There is a LOT that can be trained with plain old muscles and the nervous system, for instance:
1. Get every muscle from your toes, fingers, wrists, neck, ankles, forearms, calves, various rotators of the shoulders and hips, the abdomen, as well as all the major extensors/flexors involved in every movement, and working in biomechanically efficient lines and rotation around axes.
2. Get them all activating simultaneously/instantaneously (without any preparation or delay) and with equal intensity.
I think that the fascia must be very useful in the two things you describe above in that it can transmit instant awareness among all the areas of the body. Dan has refered to it as a "load distributor system," I think--meaning that it can diffuse impacts by spreading them through the system and that it can sort of "govern" the work of the entire muscle system at once. I think it also can "manage" the efforts of the whole muscle system so that each muscle contributes the optimal effort to the whole effort.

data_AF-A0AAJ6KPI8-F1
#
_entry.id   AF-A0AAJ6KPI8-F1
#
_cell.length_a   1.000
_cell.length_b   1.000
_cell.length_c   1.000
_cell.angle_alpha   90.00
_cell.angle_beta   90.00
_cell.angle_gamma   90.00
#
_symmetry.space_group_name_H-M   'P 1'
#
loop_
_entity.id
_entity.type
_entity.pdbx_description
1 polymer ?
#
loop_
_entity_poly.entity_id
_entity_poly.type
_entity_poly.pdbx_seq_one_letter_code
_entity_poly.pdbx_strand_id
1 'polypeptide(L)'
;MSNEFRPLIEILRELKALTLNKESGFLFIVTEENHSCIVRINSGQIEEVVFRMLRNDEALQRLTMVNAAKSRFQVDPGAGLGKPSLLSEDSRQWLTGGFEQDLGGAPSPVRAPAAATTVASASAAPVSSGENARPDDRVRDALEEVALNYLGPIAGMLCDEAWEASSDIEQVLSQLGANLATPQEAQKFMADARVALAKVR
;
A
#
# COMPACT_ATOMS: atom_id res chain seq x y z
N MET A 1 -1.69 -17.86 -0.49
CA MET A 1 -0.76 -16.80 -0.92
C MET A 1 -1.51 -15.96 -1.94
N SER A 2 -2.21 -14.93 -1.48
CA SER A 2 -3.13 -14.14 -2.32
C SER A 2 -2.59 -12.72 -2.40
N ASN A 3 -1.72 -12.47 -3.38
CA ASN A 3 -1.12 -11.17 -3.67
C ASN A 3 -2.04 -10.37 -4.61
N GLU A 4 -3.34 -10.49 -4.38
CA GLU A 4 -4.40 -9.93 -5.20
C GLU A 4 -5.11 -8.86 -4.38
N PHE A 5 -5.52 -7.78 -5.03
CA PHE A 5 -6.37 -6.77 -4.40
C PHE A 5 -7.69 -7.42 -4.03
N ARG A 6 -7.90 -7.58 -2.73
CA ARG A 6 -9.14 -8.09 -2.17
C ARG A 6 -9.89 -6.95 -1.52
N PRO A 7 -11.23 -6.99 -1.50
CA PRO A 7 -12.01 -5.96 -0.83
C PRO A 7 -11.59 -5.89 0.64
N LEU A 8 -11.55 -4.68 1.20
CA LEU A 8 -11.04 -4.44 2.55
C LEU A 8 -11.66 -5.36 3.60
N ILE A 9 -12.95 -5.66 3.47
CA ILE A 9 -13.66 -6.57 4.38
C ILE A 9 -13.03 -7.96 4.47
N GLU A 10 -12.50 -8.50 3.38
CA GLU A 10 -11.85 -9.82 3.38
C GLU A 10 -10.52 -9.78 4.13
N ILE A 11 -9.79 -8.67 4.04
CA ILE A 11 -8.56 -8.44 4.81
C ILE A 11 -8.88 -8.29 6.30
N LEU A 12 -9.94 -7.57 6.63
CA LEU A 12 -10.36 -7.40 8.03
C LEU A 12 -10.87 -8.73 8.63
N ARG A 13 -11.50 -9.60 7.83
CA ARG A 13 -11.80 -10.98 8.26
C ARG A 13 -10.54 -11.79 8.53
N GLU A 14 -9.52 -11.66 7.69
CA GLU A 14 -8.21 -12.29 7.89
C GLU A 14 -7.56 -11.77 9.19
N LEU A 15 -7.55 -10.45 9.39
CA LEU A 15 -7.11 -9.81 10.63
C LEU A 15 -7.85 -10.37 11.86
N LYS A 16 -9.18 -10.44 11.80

In any case, if your body has an entire different system, why leave that out of the equation if you're looking for "total" effectiveness?
4. Keeping all of the above, get them to activate and then release in an instant, like an electric shock. Two aspects: minimizing transition trime from relaxation to tension, and from tension to relaxation.
If my above ideas are correct, the fascia would also facilitate those efforts.
Since my sudden recognition the other day, I've been having a pretty good time working with a new level of feeling. I've also been thinking a lot about "how" you could apply this system and a lot of what has been said on these forums has come back to me. Also, there is a lot about the fascia system and the nerves connected to it that has not been discussed at all, including emotional states and involuntary responses, that I think would have a lot to do with managing stresses.